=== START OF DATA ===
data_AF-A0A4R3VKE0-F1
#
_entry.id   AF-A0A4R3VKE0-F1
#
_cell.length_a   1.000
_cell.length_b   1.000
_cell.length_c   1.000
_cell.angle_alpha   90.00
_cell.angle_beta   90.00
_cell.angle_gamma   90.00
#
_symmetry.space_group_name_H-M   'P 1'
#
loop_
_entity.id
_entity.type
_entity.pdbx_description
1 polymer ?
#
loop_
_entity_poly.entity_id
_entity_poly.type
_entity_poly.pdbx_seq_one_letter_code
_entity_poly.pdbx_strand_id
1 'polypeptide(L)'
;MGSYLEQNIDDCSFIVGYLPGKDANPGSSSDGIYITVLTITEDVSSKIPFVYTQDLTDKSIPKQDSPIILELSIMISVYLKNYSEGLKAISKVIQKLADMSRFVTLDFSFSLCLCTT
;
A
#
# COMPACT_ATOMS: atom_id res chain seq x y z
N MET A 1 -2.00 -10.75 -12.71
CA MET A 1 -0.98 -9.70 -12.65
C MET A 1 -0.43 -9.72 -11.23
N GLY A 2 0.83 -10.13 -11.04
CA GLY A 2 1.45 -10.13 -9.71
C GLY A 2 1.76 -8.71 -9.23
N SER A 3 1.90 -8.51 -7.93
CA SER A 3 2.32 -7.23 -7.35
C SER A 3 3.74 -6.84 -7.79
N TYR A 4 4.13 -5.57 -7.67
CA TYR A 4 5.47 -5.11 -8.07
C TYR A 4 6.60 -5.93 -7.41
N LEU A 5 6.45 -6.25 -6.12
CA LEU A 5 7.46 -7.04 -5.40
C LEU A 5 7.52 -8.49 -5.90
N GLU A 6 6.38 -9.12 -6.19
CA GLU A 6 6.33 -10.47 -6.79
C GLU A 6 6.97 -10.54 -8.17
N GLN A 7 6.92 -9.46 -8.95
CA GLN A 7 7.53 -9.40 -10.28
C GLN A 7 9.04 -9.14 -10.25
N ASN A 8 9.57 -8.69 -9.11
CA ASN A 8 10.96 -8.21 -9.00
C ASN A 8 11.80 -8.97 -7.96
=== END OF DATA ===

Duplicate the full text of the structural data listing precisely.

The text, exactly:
data_AF-A0A4R3VKE0-F1
#
_entry.id   AF-A0A4R3VKE0-F1
#
_cell.length_a   1.000
_cell.length_b   1.000
_cell.length_c   1.000
_cell.angle_alpha   90.00
_cell.angle_beta   90.00
_cell.angle_gamma   90.00
#
_symmetry.space_group_name_H-M   'P 1'
#
loop_
_entity.id
_entity.type
_entity.pdbx_description
1 polymer ?
#
loop_
_entity_poly.entity_id
_entity_poly.type
_entity_poly.pdbx_seq_one_letter_code
_entity_poly.pdbx_strand_id
1 'polypeptide(L)'
;MGSYLEQNIDDCSFIVGYLPGKDANPGSSSDGIYITVLTITEDVSSKIPFVYTQDLTDKSIPKQDSPIILELSIMISVYLKNYSEGLKAISKVIQKLADMSRFVTLDFSFSLCLCTT
;
A
#
# COMPACT_ATOMS: atom_id res chain seq x y z
N MET A 1 -2.00 -10.75 -12.71
CA MET A 1 -0.98 -9.70 -12.65
C MET A 1 -0.43 -9.72 -11.23
N GLY A 2 0.83 -10.13 -11.04
CA GLY A 2 1.45 -10.13 -9.71
C GLY A 2 1.76 -8.71 -9.23
N SER A 3 1.90 -8.51 -7.93
CA SER A 3 2.32 -7.23 -7.35
C SER A 3 3.74 -6.84 -7.79
N TYR A 4 4.13 -5.57 -7.67
CA TYR A 4 5.47 -5.11 -8.07
C TYR A 4 6.60 -5.93 -7.41
N LEU A 5 6.45 -6.25 -6.12
CA LEU A 5 7.46 -7.04 -5.40
C LEU A 5 7.52 -8.49 -5.90
N GLU A 6 6.38 -9.12 -6.19
CA GLU A 6 6.33 -10.47 -6.79
C GLU A 6 6.97 -10.54 -8.17
N GLN A 7 6.92 -9.46 -8.95
CA GLN A 7 7.53 -9.40 -10.28
C GLN A 7 9.04 -9.14 -10.25
N ASN A 8 9.57 -8.69 -9.11
CA ASN A 8 10.96 -8.21 -9.00
C ASN A 8 11.80 -8.97 -7.96